Quake rocks Japan, fishing ports washed out
One of the largest earthquakes ever recorded pummeled Japan on Friday, unleashing a 23-foot tsunami that swept across fishing ports in the country’s northeast region. The 8.9-magnitude quake struck at a depth of six miles about 80 miles east of Sendai, roughly 240 miles northeast of Tokyo. Hundreds of people were killed, and the death toll is likely to climb given the scale of the disaster. It was the world’s fifth largest earthquake since 1900.
“The earthquake has caused major damage in broad areas in northern Japan,” Prime Minister Naoto Kan said at a news conference.
Japan’s historic fishing port of Hakodate — which is located on the southern tip of Hokkaido, the northernmost of Japan’s four major islands — was a “ghost town” after a 6.5-foot tsunami washed over it, reported Agence France-Presse; authorities urged 30,000 people to evacuate.
In Miyagi Prefecture, the fishing port of Kessanuma — Japan’s major Pacific saury port, located just north Sendai — was also hit hard, as buildings and vehicles were swept out to sea, SeafoodSource Contributing Editor Chris Loew, who lives in Osaka, well south of the earthquake’s epicenter, reported via e-mail on Friday. The quake was felt in Oaska but didn’t cause any damage, he said.
Much of Japan’s fish farming occurs in protected waters of the Seto Inland Sea and Kyushu, the most southwesterly of Japan’s four main islands, said Loew. Yellowtail, amberjack and sea bream are among the species raised there, as the fish grow best in warm water.
Ben Savage, the managing director for rice at Jackson Son & Co. in London, told the New York Times that while the tsunami is unlikely to affect global rice prices (Japan is a major rice producer) he’s concerned about the impact on the region’s fishing and aquaculture industries.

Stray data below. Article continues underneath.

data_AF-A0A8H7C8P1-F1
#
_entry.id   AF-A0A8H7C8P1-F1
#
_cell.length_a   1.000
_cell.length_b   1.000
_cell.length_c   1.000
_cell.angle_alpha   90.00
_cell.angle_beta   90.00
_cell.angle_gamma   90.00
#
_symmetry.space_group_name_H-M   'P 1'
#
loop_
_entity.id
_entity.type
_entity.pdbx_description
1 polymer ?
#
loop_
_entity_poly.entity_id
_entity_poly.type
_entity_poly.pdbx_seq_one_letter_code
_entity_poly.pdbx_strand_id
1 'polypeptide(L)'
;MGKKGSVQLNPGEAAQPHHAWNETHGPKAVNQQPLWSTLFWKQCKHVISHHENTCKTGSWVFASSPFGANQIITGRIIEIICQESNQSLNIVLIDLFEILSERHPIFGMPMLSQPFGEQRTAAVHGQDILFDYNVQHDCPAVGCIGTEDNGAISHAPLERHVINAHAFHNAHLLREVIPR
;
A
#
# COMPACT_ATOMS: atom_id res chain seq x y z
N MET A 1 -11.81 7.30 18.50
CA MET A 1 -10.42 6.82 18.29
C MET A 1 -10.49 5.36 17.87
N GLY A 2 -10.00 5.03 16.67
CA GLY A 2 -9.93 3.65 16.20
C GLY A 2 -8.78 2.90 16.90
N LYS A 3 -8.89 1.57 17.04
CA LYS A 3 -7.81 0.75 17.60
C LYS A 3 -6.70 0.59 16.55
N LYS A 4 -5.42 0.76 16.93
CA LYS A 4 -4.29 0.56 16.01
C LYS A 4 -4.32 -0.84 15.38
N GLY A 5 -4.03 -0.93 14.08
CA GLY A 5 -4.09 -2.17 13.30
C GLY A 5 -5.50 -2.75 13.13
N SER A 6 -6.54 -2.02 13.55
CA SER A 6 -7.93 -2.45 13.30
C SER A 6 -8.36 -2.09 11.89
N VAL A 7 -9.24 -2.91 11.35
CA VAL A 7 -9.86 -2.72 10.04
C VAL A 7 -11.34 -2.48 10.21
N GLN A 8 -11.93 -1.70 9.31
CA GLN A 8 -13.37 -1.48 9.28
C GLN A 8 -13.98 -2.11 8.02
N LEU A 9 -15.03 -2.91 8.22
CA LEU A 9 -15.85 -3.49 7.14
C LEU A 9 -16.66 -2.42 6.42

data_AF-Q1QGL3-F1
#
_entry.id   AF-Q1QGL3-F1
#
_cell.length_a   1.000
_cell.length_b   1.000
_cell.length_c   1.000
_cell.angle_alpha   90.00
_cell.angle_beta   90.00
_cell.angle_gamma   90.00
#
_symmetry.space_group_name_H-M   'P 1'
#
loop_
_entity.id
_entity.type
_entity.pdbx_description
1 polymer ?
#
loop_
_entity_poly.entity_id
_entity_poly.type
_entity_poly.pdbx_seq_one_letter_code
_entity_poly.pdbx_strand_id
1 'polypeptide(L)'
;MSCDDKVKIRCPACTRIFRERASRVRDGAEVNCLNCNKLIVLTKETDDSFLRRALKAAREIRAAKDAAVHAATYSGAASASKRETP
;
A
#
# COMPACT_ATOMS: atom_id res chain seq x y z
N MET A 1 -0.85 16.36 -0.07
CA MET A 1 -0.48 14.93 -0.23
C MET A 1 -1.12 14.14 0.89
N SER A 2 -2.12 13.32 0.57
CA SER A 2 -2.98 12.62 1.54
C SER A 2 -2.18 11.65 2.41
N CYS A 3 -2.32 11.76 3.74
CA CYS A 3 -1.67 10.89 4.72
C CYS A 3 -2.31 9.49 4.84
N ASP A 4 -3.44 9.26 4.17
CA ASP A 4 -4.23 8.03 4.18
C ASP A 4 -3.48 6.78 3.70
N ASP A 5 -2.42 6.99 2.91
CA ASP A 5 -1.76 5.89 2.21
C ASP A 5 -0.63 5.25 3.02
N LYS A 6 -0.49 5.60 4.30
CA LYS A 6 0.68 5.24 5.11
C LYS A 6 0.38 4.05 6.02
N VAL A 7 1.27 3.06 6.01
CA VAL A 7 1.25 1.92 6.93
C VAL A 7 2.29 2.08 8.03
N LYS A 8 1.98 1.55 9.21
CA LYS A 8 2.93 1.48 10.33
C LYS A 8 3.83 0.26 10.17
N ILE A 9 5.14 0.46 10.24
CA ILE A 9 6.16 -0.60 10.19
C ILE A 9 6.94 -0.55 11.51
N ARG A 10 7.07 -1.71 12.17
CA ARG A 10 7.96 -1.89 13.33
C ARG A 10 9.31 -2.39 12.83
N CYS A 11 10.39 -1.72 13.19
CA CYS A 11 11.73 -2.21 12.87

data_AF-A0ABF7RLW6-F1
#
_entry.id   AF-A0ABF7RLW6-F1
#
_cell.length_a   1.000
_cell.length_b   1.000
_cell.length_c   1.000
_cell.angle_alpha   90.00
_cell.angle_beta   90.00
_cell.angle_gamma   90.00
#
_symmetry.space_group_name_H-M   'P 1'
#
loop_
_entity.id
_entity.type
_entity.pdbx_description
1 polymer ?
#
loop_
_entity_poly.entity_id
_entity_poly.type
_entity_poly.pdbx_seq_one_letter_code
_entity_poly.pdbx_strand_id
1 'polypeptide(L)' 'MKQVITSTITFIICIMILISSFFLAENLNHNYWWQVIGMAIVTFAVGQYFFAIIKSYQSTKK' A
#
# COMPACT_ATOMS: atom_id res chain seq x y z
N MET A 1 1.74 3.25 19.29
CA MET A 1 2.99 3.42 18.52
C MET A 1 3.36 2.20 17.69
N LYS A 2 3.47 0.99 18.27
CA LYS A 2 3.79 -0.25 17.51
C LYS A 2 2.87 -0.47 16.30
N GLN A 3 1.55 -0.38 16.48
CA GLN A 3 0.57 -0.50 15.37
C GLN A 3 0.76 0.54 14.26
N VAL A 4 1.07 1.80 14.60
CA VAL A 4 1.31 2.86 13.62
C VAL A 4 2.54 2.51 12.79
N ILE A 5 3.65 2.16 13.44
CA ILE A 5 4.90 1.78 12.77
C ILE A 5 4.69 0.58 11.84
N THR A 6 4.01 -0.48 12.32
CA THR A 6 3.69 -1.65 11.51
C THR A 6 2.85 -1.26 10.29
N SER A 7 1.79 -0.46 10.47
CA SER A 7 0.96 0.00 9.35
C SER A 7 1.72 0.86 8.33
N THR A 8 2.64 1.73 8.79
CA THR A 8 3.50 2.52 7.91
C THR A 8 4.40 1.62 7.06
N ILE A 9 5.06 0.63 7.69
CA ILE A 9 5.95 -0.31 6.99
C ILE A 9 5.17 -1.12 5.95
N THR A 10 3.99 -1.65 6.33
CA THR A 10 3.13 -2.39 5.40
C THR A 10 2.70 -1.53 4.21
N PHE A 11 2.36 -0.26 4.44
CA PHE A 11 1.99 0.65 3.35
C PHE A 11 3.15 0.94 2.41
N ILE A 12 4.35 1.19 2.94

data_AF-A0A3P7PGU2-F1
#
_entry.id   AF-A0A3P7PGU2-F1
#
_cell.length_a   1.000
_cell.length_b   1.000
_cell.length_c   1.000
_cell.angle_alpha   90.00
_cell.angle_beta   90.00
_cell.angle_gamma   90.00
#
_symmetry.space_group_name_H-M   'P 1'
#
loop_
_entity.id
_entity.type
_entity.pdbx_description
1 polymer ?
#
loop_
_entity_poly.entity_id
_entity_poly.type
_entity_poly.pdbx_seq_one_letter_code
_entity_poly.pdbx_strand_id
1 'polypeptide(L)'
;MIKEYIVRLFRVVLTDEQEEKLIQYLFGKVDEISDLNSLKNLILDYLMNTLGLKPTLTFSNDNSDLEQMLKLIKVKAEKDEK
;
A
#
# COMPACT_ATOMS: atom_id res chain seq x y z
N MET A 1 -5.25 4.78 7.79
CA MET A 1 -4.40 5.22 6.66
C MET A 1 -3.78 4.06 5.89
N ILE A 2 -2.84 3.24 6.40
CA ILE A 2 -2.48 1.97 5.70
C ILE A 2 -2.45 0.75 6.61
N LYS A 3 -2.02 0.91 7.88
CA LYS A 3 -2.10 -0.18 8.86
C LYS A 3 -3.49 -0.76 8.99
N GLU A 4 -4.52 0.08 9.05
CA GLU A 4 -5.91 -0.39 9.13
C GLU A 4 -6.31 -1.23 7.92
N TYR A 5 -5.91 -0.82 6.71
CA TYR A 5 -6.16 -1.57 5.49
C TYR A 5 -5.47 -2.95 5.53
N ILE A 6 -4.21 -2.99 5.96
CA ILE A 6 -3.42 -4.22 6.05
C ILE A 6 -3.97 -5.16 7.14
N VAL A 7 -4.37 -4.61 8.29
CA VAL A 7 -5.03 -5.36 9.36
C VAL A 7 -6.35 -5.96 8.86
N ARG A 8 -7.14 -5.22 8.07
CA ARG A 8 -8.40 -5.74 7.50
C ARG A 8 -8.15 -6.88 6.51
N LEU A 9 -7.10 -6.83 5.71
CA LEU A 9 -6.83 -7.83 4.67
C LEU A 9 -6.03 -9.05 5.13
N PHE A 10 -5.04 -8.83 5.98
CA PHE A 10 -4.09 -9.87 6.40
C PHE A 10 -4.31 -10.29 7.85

Beyond Japan, tsunami warnings blanketed the entire Pacific, stretching all the way to Canada, Alaska and the U.S. West Coast.
Samoa News reported that with the arrival of the first tsunami wave at 4:00 a.m. local time that fishing boats were encouraged to head out of Pago Pago harbor to wait out the tsunami at sea. The tsunami reached Hawaii at just past 3:00 a.m. local time, and the damage and flooding wasn’t extensive, according to the Honolulu Star-Advertiser. In Alaska, the tsunami spawned a wave just over 5 feet at Shemya in the Aleutian Islands 1,200 miles southwest of Anchorage.
The Associated Press reported that while the U.S. West Coast doesn’t expect much damage, large fishing boats are being encouraged to head out to sea, while small fishing boats are being urged to stay in port. However, the Times-Standard reported that the harbor in Crescent City, Calif., was destroyed when the first surge of tsunami waves hit, wrecking 35 boats.
Editor’s note: SeafoodSource Contributing Editor Chris Loew is based in Osaka, Japan, and will be following up on the earthquake’s impact on Japan’s fishing and seafood industries in the coming days.